Ping or Peril: Are microwaves safe?

I get my microwave popcorn at the ready as I weigh up the evidence for and
against the domestic electromagnetic oven…

Few other pieces of kitchen kit remain as distrusted as the microwave oven.

Despite being a common fixture in homes and businesses across the UK (and a saviour of the mid week meal for many), a huge cross section of the population still consider the microwave a demon device – blamed for zapping nutrients out of food and letting toxic chemicals in. Other more fanciful studies have suggested microwaves can change the structure of our blood, immune and digestive systems – and pump out near nuclear levels of “brain-damaging” radiation.

So what’s the real truth behind some of the more overheated claims?

Nourish or nuke?

Let’s start with the nuking nutrients theory. Only two studies have linked microwaves with depleting nutrients in food: the first suggesting one minute of microwaving could destroy the cancer-fighting compounds in garlic (while this took 45 minutes in a conventional oven), and the second, published in 2003 by the Journal of the Science of food and Agriculture, concluding that broccoli lost 97 percent of its flavonoid antioxidants after a blast in the microwave.

However, what the studies don’t highlight is that all forms of cooking reduce nutrient value, not just microwaving – and in fact, other studies have shown that microwaving is among one of the best methods for cooking vegetables because of its speed and the lack of water used in the process. Boiling by comparison is considered the worst for nutrient depletion due to the fact water-soluble vitamins tend to leach into the water. Indeed, in the 2003 study, the researchers added water to the broccoli bowl before microwaving it – so it could be said the water, not the microwave was to blame for the nutrient loss.

“I have never seen any evidence that microwaves ‘zap’ nutrients,” says Dr David Franklin, head of Engineering at Portsmouth University. “Heating and cooking food will generally take some nutrients out of food, vitamin C being an obvious example, but cooking food quickly without much water will tend to preserve more nutrients – and microwave cooking meets these conditions reasonably well.”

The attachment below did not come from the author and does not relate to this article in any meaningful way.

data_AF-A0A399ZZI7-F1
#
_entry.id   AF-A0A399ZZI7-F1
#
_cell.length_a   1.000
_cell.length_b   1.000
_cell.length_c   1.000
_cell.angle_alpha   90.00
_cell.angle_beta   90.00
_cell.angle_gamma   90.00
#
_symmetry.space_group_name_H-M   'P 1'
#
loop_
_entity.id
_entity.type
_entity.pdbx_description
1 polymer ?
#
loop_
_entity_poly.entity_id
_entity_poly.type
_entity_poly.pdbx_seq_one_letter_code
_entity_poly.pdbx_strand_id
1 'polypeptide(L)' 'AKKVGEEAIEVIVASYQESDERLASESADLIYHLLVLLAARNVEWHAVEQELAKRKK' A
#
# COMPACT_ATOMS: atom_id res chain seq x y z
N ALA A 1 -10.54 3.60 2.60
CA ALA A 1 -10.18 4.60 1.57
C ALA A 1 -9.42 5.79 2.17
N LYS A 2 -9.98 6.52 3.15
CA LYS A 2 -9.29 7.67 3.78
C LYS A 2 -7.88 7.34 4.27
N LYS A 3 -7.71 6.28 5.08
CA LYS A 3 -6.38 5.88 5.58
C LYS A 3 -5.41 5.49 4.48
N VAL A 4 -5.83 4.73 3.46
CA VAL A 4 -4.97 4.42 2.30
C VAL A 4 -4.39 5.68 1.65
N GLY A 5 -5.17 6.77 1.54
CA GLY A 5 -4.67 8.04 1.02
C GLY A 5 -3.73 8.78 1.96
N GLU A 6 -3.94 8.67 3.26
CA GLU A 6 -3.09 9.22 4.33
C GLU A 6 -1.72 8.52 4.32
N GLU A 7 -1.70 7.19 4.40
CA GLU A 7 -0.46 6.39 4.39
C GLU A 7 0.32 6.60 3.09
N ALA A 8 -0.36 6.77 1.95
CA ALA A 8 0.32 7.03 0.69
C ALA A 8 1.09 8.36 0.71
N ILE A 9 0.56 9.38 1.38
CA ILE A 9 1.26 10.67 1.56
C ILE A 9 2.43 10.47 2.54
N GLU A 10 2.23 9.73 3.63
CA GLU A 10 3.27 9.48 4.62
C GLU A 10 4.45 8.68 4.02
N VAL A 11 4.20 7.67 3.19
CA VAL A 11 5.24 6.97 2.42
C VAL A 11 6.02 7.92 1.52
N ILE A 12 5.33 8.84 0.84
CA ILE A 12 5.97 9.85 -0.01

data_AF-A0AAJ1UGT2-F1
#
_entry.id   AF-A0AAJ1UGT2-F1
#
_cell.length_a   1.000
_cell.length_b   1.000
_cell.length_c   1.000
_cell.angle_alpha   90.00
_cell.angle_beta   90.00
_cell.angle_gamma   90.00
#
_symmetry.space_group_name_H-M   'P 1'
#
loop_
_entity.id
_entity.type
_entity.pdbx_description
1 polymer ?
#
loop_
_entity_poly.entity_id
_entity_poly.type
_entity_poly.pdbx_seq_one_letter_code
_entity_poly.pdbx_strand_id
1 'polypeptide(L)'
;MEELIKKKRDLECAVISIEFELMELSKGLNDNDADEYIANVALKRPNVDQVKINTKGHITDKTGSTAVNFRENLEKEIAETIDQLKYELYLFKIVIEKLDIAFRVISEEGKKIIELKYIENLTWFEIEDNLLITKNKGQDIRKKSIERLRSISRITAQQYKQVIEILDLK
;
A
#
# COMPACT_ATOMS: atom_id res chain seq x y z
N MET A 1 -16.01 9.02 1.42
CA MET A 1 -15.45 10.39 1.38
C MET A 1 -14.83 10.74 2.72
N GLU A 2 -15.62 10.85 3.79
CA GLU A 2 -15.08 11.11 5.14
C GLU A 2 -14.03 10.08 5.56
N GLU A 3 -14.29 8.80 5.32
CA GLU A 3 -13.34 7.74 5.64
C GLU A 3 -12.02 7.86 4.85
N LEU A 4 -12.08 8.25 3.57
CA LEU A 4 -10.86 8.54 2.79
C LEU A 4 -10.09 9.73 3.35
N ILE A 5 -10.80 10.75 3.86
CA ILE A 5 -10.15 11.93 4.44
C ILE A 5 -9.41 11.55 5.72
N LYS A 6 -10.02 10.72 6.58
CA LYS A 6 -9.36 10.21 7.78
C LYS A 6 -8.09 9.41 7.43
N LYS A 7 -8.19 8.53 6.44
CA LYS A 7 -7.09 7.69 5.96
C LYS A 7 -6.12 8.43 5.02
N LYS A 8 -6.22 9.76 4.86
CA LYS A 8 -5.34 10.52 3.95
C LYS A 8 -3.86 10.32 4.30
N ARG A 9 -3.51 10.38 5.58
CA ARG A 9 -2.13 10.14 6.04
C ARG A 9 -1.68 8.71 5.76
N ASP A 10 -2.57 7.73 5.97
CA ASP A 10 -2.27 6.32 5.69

Toxic overload

Of course, the very words we associate with microwave cooking – ‘nuking’, ’zapping’ and ‘radiation’ – all conjure up the idea that they are death rays. But while they do leak a certain level of radiation, what’s important is the type and amount. Unlike ionizing radiation, given off by radioactive gases, nuclear disasters or procedures like radiotherapy – which has been shown to change the DNA make up of cells and, at high levels, cause serious illness – microwaves produce non-ionising radiation. This type of radiation can move things around inside a cell but don’t have enough energy to damage it.

While the non-ionising, ultraviolet lights of sun beds have been shown to be carcinogenic, it’s thought the levels produced by microwaves during short cooking intervals are too small to be harmful. What’s more, the amount of non-ionising radiation reduces the further you move away from the oven. Coupled with the fact all ovens have protective door covers, and the risk is further lowered.

In 1997, Peter Valberg, from the Harvard School of Public Health, conducted a review of all the epidemiological studies into the incidence and distribution of cancer in relation to microwave radiation exposure and found very little evidence to support a causal relationship. But could microwaves leak radiation into our foods instead? One 2002, Swedish study suggested the food contaminant ‘acrylamide’ was formed in potatoes when heated in a microwave to 100C. However, while this might sound like a good reason to ditch your microwave, in reality this chemical is produced naturally in food that is fried or grilled at high temperatures too.